Will the U.S. Support Terrorists to Destabilize Iran?
New America Media, News analysis, William O. Beeman, Posted: Jul 07, 2008
Editor’s note: All attempts to justify a military attack on Iran have failed and the US is now looking at supporting fringe and terrorist groups to destabilize the country. It won’t work, says NAM contributing writer, William O. Beeman, but it will destabilize the region for years to come. Beeman is Professor and Chair of the Department of Anthropology at the University of Minnesota. He is President of the Middle East Section of the American Anthropological Association. The second edition of his book, The “Great Satan” vs. the “Mad Mullahs”: How the United States and Iran Demonize Each Other, has just been published by the University of Chicago Press.
Elements of the Bush administration have begun to resemble semi-insane Captain Queeg in "The Caine Mutiny" with regard to Iran. Reckless and obsessive to destroy Iran’s regime, they fondle their ball bearings, and pursue any scheme that they believe will get rid of the mullahs before the inauguration of the new American president in January 2009.
In desperation, they have turned to supporting fringe-level ethnic separatists—all of whom are terrorists and enemies of the United States who are also hostile to Iran. This strategy is truly the last gasp of a failed Middle East policy. It is ill-conceived, and if continued, will foment continued violence in the region for years without affecting the Iranian regime in any significant way.
All attempts to justify a military attack on Iran have failed. Iran’s continuing nuclear program remains the Bush administration’s prime bulwark against Iran, but it is a very weak bulwark. There is still no evidence whatever for an Iranian nuclear weapons program. Last December’s National Intelligence Estimate stated clearly that no current nuclear military program exists. Iran remains unwilling to halt uranium enrichment for peaceful purposes that is guaranteed to them under the Nuclear Non-proliferation treaty, but responded positively on July 4 to European calls for negotiations on the nuclear issue, undercutting the Bush hard line (and effecting a drop in oil prices).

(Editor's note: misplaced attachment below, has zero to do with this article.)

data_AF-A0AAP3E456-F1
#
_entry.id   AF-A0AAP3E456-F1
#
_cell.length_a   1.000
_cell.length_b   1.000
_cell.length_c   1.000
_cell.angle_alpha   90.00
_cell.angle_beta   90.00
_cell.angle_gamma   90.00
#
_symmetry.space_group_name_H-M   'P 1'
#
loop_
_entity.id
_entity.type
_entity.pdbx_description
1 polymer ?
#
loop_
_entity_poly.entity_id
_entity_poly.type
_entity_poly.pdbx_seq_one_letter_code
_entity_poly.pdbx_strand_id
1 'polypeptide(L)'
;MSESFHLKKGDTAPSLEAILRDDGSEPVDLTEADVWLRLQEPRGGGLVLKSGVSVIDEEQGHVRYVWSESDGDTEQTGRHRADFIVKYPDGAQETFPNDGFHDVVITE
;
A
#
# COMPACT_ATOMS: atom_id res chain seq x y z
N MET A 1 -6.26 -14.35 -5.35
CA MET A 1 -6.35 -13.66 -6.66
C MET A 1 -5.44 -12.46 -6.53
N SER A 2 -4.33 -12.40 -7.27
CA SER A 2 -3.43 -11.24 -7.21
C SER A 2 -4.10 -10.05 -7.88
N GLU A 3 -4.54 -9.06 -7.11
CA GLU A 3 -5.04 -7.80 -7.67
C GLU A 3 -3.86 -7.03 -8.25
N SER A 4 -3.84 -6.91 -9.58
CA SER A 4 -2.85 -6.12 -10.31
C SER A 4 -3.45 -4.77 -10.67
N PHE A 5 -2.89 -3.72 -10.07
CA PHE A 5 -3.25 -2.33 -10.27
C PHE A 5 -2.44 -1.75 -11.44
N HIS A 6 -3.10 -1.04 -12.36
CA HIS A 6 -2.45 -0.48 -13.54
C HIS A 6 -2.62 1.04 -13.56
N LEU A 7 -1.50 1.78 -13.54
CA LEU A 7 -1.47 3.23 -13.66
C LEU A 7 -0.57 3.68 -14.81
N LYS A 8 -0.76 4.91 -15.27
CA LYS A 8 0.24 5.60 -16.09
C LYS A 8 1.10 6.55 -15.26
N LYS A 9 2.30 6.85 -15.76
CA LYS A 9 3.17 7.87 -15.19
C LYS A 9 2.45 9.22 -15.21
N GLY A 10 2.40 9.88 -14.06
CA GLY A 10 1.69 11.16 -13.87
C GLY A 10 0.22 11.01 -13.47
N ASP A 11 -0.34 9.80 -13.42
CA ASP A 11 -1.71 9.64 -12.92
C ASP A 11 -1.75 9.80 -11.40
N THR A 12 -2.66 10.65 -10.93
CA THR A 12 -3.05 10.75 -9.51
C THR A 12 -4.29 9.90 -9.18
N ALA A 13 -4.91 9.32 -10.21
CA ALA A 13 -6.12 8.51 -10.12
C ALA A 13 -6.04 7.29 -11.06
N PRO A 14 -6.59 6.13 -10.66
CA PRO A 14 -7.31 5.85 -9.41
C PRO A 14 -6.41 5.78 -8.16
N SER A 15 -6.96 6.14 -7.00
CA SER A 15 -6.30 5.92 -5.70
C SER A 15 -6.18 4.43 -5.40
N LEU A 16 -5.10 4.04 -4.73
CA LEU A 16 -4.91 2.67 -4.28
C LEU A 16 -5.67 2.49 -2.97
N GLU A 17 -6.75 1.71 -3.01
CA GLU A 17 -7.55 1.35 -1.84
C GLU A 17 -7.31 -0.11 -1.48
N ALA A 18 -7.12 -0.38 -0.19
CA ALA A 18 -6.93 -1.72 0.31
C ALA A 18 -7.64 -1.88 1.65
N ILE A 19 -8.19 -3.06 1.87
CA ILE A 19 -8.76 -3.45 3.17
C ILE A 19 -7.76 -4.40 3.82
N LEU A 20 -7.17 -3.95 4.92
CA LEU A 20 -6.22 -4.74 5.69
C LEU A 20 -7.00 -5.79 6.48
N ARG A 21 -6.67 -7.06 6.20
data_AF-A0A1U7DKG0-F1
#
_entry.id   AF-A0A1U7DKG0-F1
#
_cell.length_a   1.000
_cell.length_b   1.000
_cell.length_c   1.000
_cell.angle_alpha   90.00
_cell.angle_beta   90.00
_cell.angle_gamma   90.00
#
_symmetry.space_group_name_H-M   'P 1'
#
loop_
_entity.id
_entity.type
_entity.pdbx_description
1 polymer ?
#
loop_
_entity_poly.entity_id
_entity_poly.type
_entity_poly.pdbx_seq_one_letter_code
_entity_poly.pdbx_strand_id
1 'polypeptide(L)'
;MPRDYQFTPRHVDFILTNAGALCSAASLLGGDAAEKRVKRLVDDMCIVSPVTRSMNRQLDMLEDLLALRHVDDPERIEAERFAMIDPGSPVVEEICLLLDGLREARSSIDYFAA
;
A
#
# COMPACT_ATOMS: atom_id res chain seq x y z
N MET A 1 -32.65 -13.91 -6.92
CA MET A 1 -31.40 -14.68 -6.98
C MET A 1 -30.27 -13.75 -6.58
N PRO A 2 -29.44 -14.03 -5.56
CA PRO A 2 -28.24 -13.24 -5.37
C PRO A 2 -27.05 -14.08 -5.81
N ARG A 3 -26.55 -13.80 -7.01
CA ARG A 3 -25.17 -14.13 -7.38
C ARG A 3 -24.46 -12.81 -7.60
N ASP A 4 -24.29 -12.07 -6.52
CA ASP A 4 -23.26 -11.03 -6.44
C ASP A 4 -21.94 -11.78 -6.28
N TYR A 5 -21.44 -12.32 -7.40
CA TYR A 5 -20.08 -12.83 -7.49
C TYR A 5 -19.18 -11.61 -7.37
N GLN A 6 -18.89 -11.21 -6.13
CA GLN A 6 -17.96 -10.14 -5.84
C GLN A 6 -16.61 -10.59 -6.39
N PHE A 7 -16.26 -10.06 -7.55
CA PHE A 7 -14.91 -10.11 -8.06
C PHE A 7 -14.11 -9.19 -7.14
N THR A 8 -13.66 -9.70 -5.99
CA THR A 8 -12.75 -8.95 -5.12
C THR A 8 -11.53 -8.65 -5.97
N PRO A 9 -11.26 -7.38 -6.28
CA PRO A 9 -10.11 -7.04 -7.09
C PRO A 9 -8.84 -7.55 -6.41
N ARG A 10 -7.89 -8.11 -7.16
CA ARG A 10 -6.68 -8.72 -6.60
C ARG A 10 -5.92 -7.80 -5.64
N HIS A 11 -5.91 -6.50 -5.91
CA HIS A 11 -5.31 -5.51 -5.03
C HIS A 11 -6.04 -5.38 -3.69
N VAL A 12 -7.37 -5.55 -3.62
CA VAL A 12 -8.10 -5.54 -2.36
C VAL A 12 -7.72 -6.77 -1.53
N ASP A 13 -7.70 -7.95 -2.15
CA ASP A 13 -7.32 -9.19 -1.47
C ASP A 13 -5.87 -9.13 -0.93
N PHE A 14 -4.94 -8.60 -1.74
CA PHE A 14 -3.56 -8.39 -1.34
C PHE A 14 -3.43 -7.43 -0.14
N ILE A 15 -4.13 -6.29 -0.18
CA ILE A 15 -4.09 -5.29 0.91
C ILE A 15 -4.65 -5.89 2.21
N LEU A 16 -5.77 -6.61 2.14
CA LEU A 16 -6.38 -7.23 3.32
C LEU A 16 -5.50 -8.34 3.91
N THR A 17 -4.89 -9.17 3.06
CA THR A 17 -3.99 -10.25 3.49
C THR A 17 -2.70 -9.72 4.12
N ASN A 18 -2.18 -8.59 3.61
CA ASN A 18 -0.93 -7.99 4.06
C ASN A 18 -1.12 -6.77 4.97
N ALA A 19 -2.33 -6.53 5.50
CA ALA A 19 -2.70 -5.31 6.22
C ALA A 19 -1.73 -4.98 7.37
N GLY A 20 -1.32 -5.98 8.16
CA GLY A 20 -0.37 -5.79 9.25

Other accusations against Iran are equally feeble. Claims of its support for attacks against U.S. troops in Iraq have failed for lack of any evidence. Iran’s supposed “proxy” attacks on Israel through Lebanese Hezbollah and Palestinian Hamas strain credulity, since these two groups are acknowledged by all credible experts to formulate their political agendas independently from Iran.
Continually frustrated in their attempts to launch any legitimate attack against Iran, Vice President Cheney and a group of die-hard neoconservatives hovering in and around his office, particularly his former Middle East adviser David Wurmser, have long been rumored to be engineering active support for dissident opposition groups who share their goal to overthrow the current Iranian regime. Many of these groups are aligned with non-Persian ethnic factions in Iran, notably Arabs, Kurds, Azerbaijanis and Baluchis. Serious analysts in the region have tended to dismiss these efforts as silly and ineffective. Nevertheless, neoconservative organizations such as the American Enterprise Institute, the Center for Near East Policy and the Hudson Institute have quietly championed the idea that Iran could be successfully dismembered along ethnic lines.
The American Enterprise Institute has long been a hotbed for debate over these plans. In October 2005, it hosted a conference entitled “The Unknown Iran: Another Case for Federalism?” in which the specter of an ethnic dismemberment of Iran was raised. The AEI has subsequently been host to several conclaves where this idea of fomenting ethnic violence has been discussed, in which representatives from dissident groups are regularly invited to hold forth.
The host of the 2005 conference Michael Ledeen and his cronies Michael Rubin, Danielle Pletka and Myrav Wurmser, the wife of Cheney’s former adviser, David Wurmser, have a curious rhetorical stance regarding Iran’s ethnic dissidents. They write long pieces pointing out that Persians are a minority in Iran, that ethnic groups are restive, that the central government lacks support from the fringe elements in the population. Then in the last paragraph they suddenly deny recommending that ethnic dissident groups be supported. Likewise Ledeen calls incessantly for the overthrow of the Iranian government, then denies that he is calling for military action.